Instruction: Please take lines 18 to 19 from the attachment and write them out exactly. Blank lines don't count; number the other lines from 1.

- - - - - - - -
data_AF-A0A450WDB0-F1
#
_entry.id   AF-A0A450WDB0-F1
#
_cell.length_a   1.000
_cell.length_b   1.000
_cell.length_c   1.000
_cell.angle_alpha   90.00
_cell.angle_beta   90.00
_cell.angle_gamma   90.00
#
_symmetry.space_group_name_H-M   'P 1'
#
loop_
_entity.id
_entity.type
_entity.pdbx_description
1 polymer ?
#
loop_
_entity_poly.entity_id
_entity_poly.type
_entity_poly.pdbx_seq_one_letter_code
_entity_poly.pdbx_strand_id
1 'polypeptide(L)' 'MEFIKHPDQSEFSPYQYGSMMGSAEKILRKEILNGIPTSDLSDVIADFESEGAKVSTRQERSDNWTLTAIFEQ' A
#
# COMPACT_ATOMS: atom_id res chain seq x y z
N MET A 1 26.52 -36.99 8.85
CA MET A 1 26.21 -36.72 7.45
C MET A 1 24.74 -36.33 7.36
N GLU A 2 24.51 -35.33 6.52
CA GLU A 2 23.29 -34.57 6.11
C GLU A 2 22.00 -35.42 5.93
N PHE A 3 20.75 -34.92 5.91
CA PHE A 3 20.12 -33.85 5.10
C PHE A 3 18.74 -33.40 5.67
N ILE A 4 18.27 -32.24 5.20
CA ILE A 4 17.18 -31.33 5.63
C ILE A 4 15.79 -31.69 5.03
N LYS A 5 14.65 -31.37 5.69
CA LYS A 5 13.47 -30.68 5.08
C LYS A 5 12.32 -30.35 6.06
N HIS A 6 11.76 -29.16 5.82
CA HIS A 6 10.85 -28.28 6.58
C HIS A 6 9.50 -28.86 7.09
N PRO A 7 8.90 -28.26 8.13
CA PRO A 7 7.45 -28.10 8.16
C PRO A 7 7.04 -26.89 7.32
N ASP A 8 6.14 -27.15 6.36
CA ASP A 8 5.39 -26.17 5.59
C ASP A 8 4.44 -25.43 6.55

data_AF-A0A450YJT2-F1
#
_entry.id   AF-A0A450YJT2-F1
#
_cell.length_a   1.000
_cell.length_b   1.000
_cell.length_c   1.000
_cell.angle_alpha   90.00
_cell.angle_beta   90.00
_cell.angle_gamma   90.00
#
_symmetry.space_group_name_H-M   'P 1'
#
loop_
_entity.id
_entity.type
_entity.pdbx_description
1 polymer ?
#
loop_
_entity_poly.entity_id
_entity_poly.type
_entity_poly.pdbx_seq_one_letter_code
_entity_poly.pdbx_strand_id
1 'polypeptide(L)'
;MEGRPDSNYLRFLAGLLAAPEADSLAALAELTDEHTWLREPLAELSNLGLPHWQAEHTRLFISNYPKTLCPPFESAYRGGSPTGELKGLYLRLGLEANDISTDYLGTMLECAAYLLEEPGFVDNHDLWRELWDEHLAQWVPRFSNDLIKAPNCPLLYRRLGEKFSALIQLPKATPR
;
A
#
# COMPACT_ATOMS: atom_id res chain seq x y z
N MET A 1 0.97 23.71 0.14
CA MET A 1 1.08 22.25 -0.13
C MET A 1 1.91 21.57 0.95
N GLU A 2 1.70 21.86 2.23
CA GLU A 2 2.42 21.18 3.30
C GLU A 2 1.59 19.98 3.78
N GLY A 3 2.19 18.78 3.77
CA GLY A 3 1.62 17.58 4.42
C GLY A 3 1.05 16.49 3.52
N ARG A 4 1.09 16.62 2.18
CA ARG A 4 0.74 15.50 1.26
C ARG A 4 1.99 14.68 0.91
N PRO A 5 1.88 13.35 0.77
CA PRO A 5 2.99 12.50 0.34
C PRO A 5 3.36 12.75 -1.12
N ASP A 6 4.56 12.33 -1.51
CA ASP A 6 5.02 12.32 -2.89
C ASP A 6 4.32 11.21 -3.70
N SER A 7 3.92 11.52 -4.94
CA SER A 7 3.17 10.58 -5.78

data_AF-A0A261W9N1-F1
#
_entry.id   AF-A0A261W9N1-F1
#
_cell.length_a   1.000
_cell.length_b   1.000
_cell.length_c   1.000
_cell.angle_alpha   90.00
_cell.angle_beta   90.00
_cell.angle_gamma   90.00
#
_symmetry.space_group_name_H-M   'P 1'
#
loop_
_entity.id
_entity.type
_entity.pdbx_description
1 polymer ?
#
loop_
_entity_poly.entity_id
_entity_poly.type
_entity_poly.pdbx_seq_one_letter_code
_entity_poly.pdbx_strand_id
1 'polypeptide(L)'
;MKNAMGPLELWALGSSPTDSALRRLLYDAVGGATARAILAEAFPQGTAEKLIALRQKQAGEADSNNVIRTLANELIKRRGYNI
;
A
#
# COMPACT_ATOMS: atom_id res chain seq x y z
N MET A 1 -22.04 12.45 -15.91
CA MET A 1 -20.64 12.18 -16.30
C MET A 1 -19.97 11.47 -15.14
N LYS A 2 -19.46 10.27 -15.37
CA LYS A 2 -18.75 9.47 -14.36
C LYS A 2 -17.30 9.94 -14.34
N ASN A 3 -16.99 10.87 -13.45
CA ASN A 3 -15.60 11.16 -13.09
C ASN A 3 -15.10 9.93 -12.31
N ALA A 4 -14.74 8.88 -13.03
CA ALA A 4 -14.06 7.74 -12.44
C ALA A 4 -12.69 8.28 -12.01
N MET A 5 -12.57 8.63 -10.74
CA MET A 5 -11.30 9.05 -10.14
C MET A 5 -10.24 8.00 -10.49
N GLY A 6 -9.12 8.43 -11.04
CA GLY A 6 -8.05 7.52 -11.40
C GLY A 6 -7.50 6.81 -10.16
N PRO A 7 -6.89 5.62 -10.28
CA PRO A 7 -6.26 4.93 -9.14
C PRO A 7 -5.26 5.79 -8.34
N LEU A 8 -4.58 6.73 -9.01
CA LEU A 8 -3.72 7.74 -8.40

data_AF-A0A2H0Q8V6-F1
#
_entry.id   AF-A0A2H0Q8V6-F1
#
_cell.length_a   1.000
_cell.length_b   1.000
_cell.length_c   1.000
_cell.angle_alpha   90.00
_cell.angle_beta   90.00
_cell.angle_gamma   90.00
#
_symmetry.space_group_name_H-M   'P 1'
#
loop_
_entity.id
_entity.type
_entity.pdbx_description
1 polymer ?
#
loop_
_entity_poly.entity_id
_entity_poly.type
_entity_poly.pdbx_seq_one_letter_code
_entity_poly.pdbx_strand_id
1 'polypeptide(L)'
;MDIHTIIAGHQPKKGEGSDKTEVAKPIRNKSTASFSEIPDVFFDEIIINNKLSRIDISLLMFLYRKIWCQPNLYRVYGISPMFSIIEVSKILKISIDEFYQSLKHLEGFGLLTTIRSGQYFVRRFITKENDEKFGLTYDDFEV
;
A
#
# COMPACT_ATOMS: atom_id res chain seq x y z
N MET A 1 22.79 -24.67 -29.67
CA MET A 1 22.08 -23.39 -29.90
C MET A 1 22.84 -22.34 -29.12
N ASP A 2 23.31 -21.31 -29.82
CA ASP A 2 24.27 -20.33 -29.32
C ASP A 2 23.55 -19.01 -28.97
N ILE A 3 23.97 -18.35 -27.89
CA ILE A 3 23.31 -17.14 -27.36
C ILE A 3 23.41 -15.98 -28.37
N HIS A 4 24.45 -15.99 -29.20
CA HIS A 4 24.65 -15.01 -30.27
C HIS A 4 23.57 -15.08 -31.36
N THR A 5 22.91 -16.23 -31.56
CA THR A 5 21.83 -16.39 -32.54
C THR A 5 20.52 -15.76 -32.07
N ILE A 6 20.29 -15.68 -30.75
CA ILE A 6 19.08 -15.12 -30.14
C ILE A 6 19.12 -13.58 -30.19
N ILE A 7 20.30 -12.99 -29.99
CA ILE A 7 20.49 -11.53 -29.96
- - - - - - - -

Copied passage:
1 polymer ?
#